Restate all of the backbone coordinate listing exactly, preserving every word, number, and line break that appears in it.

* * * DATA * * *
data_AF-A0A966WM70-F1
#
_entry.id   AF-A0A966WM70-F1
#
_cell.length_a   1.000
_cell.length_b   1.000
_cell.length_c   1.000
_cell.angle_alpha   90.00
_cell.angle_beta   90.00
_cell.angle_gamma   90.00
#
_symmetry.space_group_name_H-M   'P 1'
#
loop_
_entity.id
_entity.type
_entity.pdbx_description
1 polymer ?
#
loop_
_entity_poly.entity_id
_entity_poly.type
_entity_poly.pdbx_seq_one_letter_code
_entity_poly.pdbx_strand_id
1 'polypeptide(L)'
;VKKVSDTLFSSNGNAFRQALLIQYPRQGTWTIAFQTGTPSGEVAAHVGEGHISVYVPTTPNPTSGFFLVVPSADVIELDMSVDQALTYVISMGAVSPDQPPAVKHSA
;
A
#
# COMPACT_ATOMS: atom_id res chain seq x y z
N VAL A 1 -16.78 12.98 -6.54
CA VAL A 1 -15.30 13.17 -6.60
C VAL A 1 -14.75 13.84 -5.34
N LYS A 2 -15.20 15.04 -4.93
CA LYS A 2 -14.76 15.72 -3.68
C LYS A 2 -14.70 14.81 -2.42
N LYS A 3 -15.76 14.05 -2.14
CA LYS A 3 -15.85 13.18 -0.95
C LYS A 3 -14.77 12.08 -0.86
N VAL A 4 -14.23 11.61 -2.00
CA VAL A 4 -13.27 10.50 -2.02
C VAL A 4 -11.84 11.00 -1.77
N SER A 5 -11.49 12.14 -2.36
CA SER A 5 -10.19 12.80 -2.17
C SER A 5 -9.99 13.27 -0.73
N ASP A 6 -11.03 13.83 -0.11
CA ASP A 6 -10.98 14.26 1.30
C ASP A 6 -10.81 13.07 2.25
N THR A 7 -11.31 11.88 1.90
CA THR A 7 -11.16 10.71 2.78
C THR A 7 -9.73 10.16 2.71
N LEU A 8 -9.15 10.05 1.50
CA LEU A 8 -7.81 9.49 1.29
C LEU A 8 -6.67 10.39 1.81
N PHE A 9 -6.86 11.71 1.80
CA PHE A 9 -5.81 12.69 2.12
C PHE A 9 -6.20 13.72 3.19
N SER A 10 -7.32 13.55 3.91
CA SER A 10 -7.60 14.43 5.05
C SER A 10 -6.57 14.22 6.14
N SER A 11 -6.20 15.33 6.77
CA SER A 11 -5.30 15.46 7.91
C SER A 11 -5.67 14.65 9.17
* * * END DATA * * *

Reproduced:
data_AF-A0A966WM70-F1
#
_entry.id   AF-A0A966WM70-F1
#
_cell.length_a   1.000
_cell.length_b   1.000
_cell.length_c   1.000
_cell.angle_alpha   90.00
_cell.angle_beta   90.00
_cell.angle_gamma   90.00
#
_symmetry.space_group_name_H-M   'P 1'
#
loop_
_entity.id
_entity.type
_entity.pdbx_description
1 polymer ?
#
loop_
_entity_poly.entity_id
_entity_poly.type
_entity_poly.pdbx_seq_one_letter_code
_entity_poly.pdbx_strand_id
1 'polypeptide(L)'
;VKKVSDTLFSSNGNAFRQALLIQYPRQGTWTIAFQTGTPSGEVAAHVGEGHISVYVPTTPNPTSGFFLVVPSADVIELDMSVDQALTYVISMGAVSPDQPPAVKHSA
;
A
#
# COMPACT_ATOMS: atom_id res chain seq x y z
N VAL A 1 -16.78 12.98 -6.54
CA VAL A 1 -15.30 13.17 -6.60
C VAL A 1 -14.75 13.84 -5.34
N LYS A 2 -15.20 15.04 -4.93
CA LYS A 2 -14.76 15.72 -3.68
C LYS A 2 -14.70 14.81 -2.42
N LYS A 3 -15.76 14.05 -2.14
CA LYS A 3 -15.85 13.18 -0.95
C LYS A 3 -14.77 12.08 -0.86
N VAL A 4 -14.23 11.61 -2.00
CA VAL A 4 -13.27 10.50 -2.02
C VAL A 4 -11.84 11.00 -1.77
N SER A 5 -11.49 12.14 -2.36
CA SER A 5 -10.19 12.80 -2.17
C SER A 5 -9.99 13.27 -0.73
N ASP A 6 -11.03 13.83 -0.11
CA ASP A 6 -10.98 14.26 1.30
C ASP A 6 -10.81 13.07 2.25
N THR A 7 -11.31 11.88 1.90
CA THR A 7 -11.16 10.71 2.78
C THR A 7 -9.73 10.16 2.71
N LEU A 8 -9.15 10.05 1.50
CA LEU A 8 -7.81 9.49 1.29
C LEU A 8 -6.67 10.39 1.81
N PHE A 9 -6.86 11.71 1.80
CA PHE A 9 -5.81 12.69 2.12
C PHE A 9 -6.20 13.72 3.19
N SER A 10 -7.32 13.55 3.91
CA SER A 10 -7.60 14.43 5.05
C SER A 10 -6.57 14.22 6.14
N SER A 11 -6.20 15.33 6.77
CA SER A 11 -5.30 15.46 7.91
C SER A 11 -5.67 14.65 9.17